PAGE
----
In the global village, people are encountering more and more diversity in their daily lives. I am confident that slowly and gradually, people are replacing fear and ignorance with curiosity and understanding, with regards to different cultures and religions. We see evidence of this happening at a shallow level in the growing importance of political correctness and in the ‘tolerance’ battle cry. (See my articles “Political Correctness: More Than Just A Filter” and “Beyond Tolerance” for more.) These tactics work to create a society that deals effectively with diversity. But if we want a society that thrives off of diversity, pluralism must be employed.

A true pluralistic perspective, as advocated in the interfaith movement, means recognizing the possibility and perhaps the actuality of many valid religions as well as dismissing any notions of superiority of one tradition over another (Knitter, 54). We cannot just live in separation and annoyance of the Other, we must acknowledge true equality and legitimacy of other traditions. Shallow ‘tolerance’ does not achieve this. Instead, “… pluralism is a deep understanding of the unique values of different communities, and trying to communicate with different communities about these values…” (Kyung, 102). This communication has endless real-world applications in diplomacy and problem solving, not to mention opportunities for new types of spiritual experience. Given the state of our problem-ridden world, more people need to carry a genuine, pluralist world view.

Those from Eastern traditions may have an easier time adopting and maintaining a pluralist world view as opposed to their Western counterparts. Eastern traditions are not mutually exclusive. It is perfectly acceptable and common for one to follow Buddhism, Confucianism and the Tao fully and simultaneously. The East has had plenty of practice recognizing the equality and legitimacy of different traditions. Traditions common in the Western world however are often mutually exclusive, each claiming possession of ultimate truth.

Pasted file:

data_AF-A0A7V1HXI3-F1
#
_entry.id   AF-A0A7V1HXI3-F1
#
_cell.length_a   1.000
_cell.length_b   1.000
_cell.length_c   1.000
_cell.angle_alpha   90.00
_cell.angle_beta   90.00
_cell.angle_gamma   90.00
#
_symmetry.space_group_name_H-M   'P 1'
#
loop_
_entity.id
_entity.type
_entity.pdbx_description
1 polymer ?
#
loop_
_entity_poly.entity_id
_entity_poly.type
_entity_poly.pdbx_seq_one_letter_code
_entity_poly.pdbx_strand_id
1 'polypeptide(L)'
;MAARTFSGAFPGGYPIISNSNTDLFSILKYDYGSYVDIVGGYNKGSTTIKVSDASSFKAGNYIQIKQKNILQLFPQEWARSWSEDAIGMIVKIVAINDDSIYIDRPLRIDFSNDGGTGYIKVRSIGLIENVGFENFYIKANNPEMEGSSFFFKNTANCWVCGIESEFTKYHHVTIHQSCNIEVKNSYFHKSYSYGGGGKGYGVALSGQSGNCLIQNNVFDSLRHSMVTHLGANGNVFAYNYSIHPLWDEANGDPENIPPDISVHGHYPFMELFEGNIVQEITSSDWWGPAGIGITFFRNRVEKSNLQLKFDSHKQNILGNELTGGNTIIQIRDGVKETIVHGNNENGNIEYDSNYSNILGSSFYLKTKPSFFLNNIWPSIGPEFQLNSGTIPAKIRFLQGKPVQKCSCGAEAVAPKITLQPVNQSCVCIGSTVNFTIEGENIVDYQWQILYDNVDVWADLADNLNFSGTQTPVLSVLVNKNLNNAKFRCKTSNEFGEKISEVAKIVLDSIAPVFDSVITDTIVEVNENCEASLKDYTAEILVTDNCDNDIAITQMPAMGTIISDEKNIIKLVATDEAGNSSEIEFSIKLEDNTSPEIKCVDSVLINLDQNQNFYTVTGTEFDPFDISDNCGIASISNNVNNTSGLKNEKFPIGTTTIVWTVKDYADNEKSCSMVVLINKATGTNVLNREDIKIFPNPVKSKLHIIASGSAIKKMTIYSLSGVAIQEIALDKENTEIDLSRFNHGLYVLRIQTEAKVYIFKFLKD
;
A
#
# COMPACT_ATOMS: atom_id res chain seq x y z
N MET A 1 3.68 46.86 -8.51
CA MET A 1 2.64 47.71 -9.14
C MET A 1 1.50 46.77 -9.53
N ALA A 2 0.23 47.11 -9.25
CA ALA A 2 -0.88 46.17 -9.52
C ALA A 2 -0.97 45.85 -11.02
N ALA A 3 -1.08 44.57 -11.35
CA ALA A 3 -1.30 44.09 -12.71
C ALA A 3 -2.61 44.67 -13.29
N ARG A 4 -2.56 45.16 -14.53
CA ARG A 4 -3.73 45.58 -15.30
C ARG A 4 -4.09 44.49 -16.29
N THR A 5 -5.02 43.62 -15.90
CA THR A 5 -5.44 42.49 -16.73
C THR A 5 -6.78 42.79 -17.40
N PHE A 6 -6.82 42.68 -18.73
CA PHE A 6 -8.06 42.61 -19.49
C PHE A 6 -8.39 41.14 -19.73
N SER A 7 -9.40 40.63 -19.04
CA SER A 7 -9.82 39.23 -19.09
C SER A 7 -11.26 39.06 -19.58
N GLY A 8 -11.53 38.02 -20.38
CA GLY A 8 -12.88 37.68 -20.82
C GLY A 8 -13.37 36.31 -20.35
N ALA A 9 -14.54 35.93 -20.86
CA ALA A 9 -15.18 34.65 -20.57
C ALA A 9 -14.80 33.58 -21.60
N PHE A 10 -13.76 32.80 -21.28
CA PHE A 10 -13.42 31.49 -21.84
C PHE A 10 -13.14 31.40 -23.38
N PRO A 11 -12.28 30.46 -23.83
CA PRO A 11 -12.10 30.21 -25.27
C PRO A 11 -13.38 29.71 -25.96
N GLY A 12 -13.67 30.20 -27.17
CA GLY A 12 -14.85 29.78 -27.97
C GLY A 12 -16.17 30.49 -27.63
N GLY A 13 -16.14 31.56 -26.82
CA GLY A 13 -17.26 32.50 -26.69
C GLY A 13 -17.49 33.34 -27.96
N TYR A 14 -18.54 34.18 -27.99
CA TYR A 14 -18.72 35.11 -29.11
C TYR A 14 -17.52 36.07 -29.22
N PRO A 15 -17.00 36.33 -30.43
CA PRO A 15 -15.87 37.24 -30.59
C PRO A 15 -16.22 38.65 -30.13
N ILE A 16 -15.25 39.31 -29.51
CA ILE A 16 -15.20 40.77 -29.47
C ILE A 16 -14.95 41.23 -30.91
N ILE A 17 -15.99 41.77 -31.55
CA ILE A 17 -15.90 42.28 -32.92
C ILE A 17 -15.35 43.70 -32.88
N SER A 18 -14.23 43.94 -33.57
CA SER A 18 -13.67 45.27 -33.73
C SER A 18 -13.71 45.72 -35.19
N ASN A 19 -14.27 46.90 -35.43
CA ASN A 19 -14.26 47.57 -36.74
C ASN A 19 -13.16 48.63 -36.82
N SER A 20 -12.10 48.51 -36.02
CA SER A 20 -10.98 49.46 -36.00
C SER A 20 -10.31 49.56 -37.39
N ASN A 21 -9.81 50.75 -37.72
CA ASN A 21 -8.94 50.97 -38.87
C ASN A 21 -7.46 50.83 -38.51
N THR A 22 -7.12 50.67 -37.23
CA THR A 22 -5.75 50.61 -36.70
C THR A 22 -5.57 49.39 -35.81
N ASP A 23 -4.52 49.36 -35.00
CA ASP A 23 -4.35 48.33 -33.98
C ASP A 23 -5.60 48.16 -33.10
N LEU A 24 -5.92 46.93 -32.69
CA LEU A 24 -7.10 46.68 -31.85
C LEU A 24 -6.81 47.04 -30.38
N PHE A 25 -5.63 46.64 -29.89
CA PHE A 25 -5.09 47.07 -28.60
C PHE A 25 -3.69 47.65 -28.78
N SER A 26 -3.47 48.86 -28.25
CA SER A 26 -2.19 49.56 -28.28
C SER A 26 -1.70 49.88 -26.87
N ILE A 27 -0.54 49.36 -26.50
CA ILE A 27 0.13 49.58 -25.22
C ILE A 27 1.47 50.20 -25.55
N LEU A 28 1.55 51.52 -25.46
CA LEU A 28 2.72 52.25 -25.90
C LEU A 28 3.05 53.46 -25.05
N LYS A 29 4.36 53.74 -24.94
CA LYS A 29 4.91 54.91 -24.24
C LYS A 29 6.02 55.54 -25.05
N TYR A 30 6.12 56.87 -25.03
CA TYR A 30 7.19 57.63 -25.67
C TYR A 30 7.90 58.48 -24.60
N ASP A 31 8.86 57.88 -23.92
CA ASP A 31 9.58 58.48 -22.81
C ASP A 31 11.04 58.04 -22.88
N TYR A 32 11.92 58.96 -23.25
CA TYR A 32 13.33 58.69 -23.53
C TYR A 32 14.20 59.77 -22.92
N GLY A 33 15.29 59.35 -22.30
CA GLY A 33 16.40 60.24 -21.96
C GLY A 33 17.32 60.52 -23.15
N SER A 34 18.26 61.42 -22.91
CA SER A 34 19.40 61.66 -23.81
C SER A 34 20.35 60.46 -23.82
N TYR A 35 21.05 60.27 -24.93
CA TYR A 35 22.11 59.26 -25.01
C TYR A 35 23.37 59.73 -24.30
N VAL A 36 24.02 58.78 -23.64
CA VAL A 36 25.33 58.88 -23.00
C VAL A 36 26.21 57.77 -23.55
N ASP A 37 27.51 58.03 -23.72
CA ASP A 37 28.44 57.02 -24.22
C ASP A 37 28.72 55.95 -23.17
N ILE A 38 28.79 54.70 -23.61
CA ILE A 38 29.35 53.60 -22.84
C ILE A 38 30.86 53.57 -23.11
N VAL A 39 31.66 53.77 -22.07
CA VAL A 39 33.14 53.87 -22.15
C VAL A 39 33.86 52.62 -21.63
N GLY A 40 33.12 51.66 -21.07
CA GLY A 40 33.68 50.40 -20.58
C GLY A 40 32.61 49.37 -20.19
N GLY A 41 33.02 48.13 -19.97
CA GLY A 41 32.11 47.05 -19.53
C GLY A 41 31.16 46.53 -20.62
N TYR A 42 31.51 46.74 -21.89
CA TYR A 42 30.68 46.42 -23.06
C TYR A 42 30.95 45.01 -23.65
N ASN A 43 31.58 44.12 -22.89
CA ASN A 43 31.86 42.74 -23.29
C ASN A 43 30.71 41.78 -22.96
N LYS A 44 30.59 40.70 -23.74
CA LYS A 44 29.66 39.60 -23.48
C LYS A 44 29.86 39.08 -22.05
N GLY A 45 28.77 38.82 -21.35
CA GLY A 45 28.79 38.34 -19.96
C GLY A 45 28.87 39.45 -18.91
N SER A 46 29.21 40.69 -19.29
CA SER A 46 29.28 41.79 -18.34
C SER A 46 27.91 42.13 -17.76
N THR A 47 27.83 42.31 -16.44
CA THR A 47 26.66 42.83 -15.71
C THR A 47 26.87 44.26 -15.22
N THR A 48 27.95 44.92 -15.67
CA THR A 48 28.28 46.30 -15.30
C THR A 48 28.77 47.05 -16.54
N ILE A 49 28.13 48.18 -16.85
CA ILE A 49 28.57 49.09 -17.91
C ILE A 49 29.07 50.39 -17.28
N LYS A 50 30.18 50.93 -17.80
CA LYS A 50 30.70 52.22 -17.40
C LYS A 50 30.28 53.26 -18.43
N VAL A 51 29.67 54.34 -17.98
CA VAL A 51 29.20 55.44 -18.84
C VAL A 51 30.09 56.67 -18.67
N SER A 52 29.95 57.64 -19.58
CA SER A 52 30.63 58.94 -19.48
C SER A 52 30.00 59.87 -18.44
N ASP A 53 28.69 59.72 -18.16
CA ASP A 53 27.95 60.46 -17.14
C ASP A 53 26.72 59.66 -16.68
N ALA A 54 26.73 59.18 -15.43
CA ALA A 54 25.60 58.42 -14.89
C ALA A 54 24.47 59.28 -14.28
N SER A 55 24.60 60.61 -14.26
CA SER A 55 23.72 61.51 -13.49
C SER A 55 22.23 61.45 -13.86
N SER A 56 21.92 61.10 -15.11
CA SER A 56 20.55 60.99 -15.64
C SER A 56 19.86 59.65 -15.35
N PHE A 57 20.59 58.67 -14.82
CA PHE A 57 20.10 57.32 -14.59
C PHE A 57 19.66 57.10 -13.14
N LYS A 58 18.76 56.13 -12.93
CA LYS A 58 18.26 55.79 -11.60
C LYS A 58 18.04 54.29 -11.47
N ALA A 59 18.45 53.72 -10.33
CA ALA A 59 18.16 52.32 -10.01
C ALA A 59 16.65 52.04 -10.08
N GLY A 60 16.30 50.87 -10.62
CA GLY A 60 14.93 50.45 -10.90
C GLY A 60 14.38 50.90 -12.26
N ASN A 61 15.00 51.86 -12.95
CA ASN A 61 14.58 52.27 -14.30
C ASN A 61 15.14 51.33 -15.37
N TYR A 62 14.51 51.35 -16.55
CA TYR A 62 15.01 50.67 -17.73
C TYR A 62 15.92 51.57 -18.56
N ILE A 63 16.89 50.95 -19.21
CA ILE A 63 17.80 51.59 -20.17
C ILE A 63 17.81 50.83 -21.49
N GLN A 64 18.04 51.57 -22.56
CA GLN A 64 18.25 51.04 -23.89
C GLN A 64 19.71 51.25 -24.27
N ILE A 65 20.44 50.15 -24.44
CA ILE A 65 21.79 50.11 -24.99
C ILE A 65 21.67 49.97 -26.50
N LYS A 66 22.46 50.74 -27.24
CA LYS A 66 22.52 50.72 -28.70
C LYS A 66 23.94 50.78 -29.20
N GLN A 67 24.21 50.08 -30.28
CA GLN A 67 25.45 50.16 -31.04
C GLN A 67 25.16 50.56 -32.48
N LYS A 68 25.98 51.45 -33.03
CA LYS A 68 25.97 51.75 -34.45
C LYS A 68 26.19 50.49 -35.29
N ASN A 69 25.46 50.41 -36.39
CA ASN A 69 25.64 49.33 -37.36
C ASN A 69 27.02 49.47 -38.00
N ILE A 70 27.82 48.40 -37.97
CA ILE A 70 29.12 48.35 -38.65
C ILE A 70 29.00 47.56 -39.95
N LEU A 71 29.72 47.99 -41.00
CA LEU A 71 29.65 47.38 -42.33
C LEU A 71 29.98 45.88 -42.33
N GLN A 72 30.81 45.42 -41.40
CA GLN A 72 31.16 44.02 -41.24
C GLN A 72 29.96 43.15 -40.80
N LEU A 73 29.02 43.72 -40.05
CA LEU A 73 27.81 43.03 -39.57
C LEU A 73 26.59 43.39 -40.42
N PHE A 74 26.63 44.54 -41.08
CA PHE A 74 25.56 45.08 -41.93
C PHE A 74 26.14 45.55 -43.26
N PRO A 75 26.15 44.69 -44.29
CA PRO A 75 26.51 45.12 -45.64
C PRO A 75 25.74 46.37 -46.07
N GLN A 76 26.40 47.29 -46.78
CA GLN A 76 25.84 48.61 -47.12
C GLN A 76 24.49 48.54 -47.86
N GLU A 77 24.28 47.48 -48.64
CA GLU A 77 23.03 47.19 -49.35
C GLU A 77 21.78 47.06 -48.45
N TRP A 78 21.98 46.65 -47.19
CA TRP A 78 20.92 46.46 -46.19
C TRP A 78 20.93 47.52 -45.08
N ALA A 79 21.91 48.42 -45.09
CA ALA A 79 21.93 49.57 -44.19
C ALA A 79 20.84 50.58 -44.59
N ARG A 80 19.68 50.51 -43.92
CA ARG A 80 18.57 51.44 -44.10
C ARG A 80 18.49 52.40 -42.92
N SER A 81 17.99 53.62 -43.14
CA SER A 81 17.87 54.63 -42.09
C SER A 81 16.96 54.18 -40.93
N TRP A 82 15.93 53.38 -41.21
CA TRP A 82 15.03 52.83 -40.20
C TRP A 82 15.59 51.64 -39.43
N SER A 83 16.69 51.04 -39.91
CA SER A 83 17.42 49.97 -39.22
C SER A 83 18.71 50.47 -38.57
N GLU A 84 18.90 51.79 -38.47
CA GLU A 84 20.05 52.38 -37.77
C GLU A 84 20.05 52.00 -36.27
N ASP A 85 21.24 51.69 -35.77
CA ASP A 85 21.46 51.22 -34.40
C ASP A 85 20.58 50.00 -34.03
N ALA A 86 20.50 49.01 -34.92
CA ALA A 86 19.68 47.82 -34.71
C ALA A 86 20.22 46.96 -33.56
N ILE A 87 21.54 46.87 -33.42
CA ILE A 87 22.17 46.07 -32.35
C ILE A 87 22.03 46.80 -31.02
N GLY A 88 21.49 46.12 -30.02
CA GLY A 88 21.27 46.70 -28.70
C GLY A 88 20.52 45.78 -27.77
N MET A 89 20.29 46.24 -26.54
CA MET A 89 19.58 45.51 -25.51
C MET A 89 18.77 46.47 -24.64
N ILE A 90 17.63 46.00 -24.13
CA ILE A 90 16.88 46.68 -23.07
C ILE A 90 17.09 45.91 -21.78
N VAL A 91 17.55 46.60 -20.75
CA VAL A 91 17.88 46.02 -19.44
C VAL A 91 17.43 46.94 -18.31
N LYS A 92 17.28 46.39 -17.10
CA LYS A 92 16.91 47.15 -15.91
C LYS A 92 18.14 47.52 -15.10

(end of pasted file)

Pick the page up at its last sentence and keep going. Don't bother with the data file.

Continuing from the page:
Giving up this claim of superiority and acknowledging the truth in other traditions may seem rather New Age to devout believers of ‘one true’ religion. However, it is a long way from pluralism to syncretism. (I hope to explore the relationship between pluralism and syncretism at a later time.) But none the less, pluralism is sometimes seen as a threat in those traditions where superiority is part of their belief system. Regardless, the pluralist effort needs to be universal. ‘Tolerance’ simply won’t deliver what this global village desperately needs: understanding, or at least a genuine effort to understand one another. Given the qualities of the Eastern traditions, it may very well be the East that leads the world in this effort. Given the qualities of Western traditions, our effort to break structures of thought to make room for a more dynamic way of life must be fervent and constant.

Knitter, Paul. Cincinnati Interview 2006 in, The Quiet Revolution: The emergence of interfaith consciousness, by P. Kirkwood, 2007. Sydney, Australia: ABC Books.

Kyung, Chung Hyun. New York Interview 2006 in, The Quiet Revolution: The emergence of interfaith consciousness, by P. Kirkwood, 2007. Sydney, Australia: ABC Books.



  1. The least pluralistic and the most resistant religions too pluralism are the ones who claim they are the only way. Both Christianity and Islam claim to be the only way.
    These claims are rooted in doctrine. Before you change those beliefs you must change the scriptures upon which the doctrines are based. That simply will not work. But embracing Christianity will work if Islam is rejected.


  2. Yes it will be most difficult for traditions (such as Christianity and Islam) that promote mutual exclusivity to take on a pluralistic perspective. Their claims of superiority are rooted in scripture that cannot simply be altered or abandoned to suite pluralism. Pluralism offers the opportunity to step outside traditional boundaries in order to experience and understand different religions to create a more peaceful world and strengthen one’s own respective faith. Pluralism does not require giving up one’s own faith.

    While mutual exclusivity is part both Islam and Christianity, there is also plenty of scripture that accommodates diversity. Jesus associated with both Jews and Gentiles all the while living a godly life and strengthening his and his followers spiritual lives. According to Genesis diversity is God’s will, ” ‘Behold, they are one people, and they have all one language; and this is only the beginning of what they will do; and nothing that they propose to do will now be impossible for them. Come, let us go down, and there confuse their language, that they may not understand one another’s speech.’ So the Lord scattered them abroad from there over the face of the earth, and they left off building the city” (Genesis, 11:6-8). Islam too accepts diversity and promotes fellowship across divides. In the Ayat al-Hyujurat, “O mankind! We created you from and a male and a female and We made you nations and tribes so that you may know one another…” (49:13). Scripture is often contradictory. Some verses are welcoming of diversity while others are damning. Neither the Bible nor the Quran is written in black and white, but in shades of gray. There are few absolutes.

    My understanding of Islam does not include ‘forced submission’. It takes a willingness to believe, practice and learn in order to grow spiritually in any faith including Islam. Without genuine and willing belief a religious tradition cannot be sustained let alone thrive.


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